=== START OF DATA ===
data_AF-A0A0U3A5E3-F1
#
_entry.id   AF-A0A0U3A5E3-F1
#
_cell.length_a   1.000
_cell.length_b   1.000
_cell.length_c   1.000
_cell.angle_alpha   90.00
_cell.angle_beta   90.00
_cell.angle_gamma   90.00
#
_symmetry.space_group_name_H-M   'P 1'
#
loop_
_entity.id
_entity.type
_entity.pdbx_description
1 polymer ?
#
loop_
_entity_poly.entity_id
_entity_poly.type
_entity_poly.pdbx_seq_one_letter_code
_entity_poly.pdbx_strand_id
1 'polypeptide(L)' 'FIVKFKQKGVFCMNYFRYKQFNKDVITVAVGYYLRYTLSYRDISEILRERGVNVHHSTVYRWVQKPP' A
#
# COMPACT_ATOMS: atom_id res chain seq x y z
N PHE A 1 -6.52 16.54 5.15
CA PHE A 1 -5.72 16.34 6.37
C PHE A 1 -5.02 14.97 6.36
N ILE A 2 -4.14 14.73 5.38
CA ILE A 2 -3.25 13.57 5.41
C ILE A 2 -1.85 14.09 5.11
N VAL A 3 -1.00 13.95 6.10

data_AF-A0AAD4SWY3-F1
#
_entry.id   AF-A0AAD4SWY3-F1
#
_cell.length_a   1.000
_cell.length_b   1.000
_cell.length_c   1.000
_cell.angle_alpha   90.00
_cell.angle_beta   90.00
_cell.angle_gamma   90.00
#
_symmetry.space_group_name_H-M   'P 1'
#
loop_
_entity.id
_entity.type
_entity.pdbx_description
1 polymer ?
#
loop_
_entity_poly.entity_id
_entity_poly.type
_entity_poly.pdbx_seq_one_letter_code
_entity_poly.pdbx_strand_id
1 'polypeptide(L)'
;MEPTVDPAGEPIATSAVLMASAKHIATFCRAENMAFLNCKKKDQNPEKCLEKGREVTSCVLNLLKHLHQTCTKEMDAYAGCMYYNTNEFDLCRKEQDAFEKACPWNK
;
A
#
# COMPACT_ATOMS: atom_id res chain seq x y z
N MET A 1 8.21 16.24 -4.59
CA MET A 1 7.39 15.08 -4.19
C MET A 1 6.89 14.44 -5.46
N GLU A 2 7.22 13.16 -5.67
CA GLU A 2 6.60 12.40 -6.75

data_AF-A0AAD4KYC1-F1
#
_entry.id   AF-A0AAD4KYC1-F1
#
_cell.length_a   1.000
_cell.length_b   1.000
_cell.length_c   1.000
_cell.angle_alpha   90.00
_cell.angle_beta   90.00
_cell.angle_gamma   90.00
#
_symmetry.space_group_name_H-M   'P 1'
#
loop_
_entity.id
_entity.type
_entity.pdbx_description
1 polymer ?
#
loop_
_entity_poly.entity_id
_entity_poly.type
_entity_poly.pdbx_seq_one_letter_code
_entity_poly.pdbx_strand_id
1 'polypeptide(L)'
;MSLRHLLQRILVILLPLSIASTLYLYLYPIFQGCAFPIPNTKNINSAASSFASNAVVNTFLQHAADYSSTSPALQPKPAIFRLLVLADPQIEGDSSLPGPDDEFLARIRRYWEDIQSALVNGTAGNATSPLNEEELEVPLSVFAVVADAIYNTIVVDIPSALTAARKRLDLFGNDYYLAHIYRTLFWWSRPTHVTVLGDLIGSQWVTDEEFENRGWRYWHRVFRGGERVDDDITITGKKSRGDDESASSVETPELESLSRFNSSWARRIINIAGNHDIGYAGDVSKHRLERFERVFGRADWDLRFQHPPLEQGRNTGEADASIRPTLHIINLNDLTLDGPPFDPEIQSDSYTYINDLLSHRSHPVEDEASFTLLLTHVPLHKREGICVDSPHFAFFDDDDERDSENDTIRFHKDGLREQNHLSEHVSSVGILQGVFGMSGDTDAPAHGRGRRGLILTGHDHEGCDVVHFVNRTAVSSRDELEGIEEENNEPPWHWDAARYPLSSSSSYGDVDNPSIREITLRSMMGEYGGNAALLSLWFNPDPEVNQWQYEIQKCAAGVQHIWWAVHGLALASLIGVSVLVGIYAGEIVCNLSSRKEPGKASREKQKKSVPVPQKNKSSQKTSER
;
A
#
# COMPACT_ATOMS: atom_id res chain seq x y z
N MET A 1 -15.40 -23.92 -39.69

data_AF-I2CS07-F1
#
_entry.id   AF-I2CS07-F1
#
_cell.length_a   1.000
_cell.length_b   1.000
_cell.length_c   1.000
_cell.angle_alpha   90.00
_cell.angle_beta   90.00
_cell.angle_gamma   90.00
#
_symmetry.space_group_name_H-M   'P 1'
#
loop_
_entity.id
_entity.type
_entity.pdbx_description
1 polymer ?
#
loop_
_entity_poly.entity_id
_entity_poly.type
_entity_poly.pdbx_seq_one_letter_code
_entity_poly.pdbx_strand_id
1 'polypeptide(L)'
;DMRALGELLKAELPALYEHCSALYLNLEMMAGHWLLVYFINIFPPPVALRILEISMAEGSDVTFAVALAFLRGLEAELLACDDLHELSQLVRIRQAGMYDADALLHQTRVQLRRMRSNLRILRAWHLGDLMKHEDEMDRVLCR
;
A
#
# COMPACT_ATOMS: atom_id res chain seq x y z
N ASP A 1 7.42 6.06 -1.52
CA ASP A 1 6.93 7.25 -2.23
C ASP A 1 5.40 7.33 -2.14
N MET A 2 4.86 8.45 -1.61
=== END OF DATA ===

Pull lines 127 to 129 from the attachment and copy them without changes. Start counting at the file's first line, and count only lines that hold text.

;
A
#